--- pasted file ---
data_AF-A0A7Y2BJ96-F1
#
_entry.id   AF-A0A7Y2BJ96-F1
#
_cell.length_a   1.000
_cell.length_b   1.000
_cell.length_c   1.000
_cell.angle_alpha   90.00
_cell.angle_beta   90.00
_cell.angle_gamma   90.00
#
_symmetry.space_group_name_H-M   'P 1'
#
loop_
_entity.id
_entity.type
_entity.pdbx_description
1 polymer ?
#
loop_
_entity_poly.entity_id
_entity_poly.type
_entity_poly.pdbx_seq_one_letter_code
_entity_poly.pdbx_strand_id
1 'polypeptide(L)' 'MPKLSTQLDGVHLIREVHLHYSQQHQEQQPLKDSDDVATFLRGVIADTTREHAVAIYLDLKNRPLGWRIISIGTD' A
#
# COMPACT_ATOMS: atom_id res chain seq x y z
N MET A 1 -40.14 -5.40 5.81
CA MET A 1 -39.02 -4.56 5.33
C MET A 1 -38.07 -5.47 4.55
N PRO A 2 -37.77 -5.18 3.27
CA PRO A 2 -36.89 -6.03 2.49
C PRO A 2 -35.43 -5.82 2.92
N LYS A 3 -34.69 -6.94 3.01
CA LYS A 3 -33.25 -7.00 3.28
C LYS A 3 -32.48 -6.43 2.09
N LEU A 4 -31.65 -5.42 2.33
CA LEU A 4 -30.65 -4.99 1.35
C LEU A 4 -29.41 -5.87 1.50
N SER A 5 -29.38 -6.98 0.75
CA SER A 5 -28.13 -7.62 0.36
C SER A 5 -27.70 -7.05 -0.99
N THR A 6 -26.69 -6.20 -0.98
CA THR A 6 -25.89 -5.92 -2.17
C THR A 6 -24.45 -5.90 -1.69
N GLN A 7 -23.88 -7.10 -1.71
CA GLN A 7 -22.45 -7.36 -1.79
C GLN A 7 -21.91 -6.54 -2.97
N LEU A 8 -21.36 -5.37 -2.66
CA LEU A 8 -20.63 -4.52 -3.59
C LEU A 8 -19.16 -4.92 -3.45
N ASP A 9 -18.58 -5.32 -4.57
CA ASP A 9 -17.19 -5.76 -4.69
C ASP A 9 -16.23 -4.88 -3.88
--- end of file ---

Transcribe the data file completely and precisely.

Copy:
data_AF-A0A7Y2BJ96-F1
#
_entry.id   AF-A0A7Y2BJ96-F1
#
_cell.length_a   1.000
_cell.length_b   1.000
_cell.length_c   1.000
_cell.angle_alpha   90.00
_cell.angle_beta   90.00
_cell.angle_gamma   90.00
#
_symmetry.space_group_name_H-M   'P 1'
#
loop_
_entity.id
_entity.type
_entity.pdbx_description
1 polymer ?
#
loop_
_entity_poly.entity_id
_entity_poly.type
_entity_poly.pdbx_seq_one_letter_code
_entity_poly.pdbx_strand_id
1 'polypeptide(L)' 'MPKLSTQLDGVHLIREVHLHYSQQHQEQQPLKDSDDVATFLRGVIADTTREHAVAIYLDLKNRPLGWRIISIGTD' A
#
# COMPACT_ATOMS: atom_id res chain seq x y z
N MET A 1 -40.14 -5.40 5.81
CA MET A 1 -39.02 -4.56 5.33
C MET A 1 -38.07 -5.47 4.55
N PRO A 2 -37.77 -5.18 3.27
CA PRO A 2 -36.89 -6.03 2.49
C PRO A 2 -35.43 -5.82 2.92
N LYS A 3 -34.69 -6.94 3.01
CA LYS A 3 -33.25 -7.00 3.28
C LYS A 3 -32.48 -6.43 2.09
N LEU A 4 -31.65 -5.42 2.33
CA LEU A 4 -30.65 -4.99 1.35
C LEU A 4 -29.41 -5.87 1.50
N SER A 5 -29.38 -6.98 0.75
CA SER A 5 -28.13 -7.62 0.36
C SER A 5 -27.70 -7.05 -0.99
N THR A 6 -26.69 -6.20 -0.98
CA THR A 6 -25.89 -5.92 -2.17
C THR A 6 -24.45 -5.90 -1.69
N GLN A 7 -23.88 -7.10 -1.71
CA GLN A 7 -22.45 -7.36 -1.79
C GLN A 7 -21.91 -6.54 -2.97
N LEU A 8 -21.36 -5.37 -2.66
CA LEU A 8 -20.63 -4.52 -3.59
C LEU A 8 -19.16 -4.92 -3.45
N ASP A 9 -18.58 -5.32 -4.57
CA ASP A 9 -17.19 -5.76 -4.69
C ASP A 9 -16.23 -4.88 -3.88